How ADHD medication works

By Julie Rawe

Expert reviewed by Nelson Dorta, PhD

A pill container on its side spilling pills out. Pill containers in the distance.

At a glance

  • Medication can reduce ADHD symptoms, but there is no "cure."

  • The medications help parts of your brain talk better to other parts.

  • There are different types of medication, and some work better for some people but less well for others.

How does ADHD medication work? Why do stimulants and other kinds of ADHD medication help reduce ADHD symptoms?

Learn how ADHD medication works in the brain.

How ADHD affects a key process in the brain

For the brain to do anything, like smell a flower or spell a word, neurons (brain cells) have to pass information along to each other. This process is called neurotransmission.

How does one neuron send a message to the next? The tail end of the sending neuron releases a small amount of chemicals called neurotransmitters. These chemicals have to cross a tiny gap — called a synapse — to reach the tip of the receiving neuron.

Left: Neurotransmitters cross synapse between sending neuron and receiving neuron. Right: Close-up of neurotransmitters released by the sending neuron and crossing synapse. Some are received by receiving neuron. Others are returned to sending neuron by reuptake transporter.

With ADHD, this process can get disrupted in different ways:

  1. The sending neuron may not release enough neurotransmitters.
  2. The neurotransmitters may have trouble activating the landing pads (receptors) on the receiving neuron.
  3. The sending neuron may suck the neurotransmitters back up before a good connection is made.

All sending neurons need to vacuum up extra neurotransmitters so they can get ready to send another signal. This process is called reuptake. But it can happen too quickly with ADHD, before the receiving neuron gets the message.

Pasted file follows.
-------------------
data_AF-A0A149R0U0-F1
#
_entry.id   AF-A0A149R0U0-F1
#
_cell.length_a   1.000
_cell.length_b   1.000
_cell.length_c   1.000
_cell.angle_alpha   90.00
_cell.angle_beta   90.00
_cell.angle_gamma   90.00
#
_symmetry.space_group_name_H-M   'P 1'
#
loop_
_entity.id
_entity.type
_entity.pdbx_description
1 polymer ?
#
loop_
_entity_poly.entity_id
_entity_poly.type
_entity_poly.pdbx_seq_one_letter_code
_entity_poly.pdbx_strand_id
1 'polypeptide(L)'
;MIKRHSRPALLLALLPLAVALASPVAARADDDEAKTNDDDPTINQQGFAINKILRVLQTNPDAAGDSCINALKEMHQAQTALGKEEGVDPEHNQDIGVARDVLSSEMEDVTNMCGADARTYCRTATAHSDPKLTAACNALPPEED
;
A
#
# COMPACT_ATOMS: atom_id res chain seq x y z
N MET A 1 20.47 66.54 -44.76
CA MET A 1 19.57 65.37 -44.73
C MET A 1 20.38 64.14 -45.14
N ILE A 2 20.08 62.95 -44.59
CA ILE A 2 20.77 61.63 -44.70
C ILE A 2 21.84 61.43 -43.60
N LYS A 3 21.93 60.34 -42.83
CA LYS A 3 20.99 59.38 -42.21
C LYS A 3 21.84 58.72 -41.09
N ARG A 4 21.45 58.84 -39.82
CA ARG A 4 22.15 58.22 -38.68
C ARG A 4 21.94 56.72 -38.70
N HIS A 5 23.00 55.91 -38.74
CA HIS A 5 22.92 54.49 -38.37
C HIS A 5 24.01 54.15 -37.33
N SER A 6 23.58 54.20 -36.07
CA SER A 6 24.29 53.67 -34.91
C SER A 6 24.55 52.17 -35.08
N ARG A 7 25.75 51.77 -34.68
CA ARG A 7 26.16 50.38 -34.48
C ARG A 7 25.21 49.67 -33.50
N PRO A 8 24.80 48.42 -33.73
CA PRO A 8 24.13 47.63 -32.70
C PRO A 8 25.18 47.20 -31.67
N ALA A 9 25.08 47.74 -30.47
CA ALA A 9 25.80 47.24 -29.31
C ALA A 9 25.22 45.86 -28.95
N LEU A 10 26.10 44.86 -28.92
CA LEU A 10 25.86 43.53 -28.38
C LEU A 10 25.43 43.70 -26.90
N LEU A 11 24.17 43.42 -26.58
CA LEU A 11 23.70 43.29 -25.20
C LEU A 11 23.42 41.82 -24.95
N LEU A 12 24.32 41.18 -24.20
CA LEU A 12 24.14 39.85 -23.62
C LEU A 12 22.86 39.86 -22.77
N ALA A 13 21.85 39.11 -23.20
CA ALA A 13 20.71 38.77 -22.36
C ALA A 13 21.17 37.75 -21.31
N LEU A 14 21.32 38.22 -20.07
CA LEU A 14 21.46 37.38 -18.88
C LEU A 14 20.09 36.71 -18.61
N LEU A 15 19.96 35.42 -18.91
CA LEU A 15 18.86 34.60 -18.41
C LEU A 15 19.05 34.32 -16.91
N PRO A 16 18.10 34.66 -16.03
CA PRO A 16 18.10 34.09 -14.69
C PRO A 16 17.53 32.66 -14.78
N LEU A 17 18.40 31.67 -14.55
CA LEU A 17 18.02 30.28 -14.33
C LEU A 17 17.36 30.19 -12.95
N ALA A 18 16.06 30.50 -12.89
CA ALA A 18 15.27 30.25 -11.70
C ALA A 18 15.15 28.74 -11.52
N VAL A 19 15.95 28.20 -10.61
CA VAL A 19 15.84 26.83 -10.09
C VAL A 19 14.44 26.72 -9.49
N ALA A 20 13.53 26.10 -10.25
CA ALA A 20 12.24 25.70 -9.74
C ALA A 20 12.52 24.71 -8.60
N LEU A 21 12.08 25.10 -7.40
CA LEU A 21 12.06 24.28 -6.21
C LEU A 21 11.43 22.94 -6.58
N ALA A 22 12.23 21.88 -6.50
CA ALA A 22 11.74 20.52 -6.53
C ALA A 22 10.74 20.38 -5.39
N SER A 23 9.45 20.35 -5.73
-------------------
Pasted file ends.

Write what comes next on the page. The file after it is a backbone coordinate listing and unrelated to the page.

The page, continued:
How ADHD medication works

Trouble passing information from neuron to neuron can affect attention. It can impact motivation, too. It also helps explain other ADHD symptoms like being restless and impulsive.

Medication can reduce ADHD symptoms. It does this by helping neurons pass along messages. It can make neurotransmission more efficient in one or more ways.

1. ADHD medication enhances the release of neurotransmitters.
2. It stimulates the receptors so they can catch more neurotransmitters.
3. It slows down the reuptake so neurotransmitters have more time to activate the next neuron.

Some types of ADHD medication help release more neurotransmitters. Other types help slow down reuptake — they’re called reuptake inhibitors. Both of these actions can help more neurotransmitters reach the next neuron.

By improving neurotransmission, ADHD medication can make kids less hyperactive. It can help them pay attention. And that can help them process and learn new information.

ADHD medication works in about eight out of 10 people. But it’s not a “cure” for ADHD. It can reduce symptoms only while it’s active in the body.

Not all people respond equally well to different types of ADHD medication, and it’s not uncommon to switch from one to another. All types of ADHD medication can cause side effects. Two of the most common are decreased appetite and trouble sleeping.

Learn about other ADHD treatment options. And get tips to help with ADHD at home.

Understood is not affiliated with any pharmaceutical company.

Key takeaways

  • Inattention is often caused by your brain struggling to pass messages between neurons.

  • ADHD medication helps the neurons "talk" to one another.

  • The medications work for about eight in 10 people, but one type of medication doesn't work for all people with ADHD.

About the author

About the author

Julie Rawe is the special projects editor at Understood.

Reviewed by

Reviewed by

Nelson Dorta, PhD is a pediatric neuropsychologist and an assistant professor of medical psychology in child psychiatry at the College of Physicians and Surgeons of Columbia University.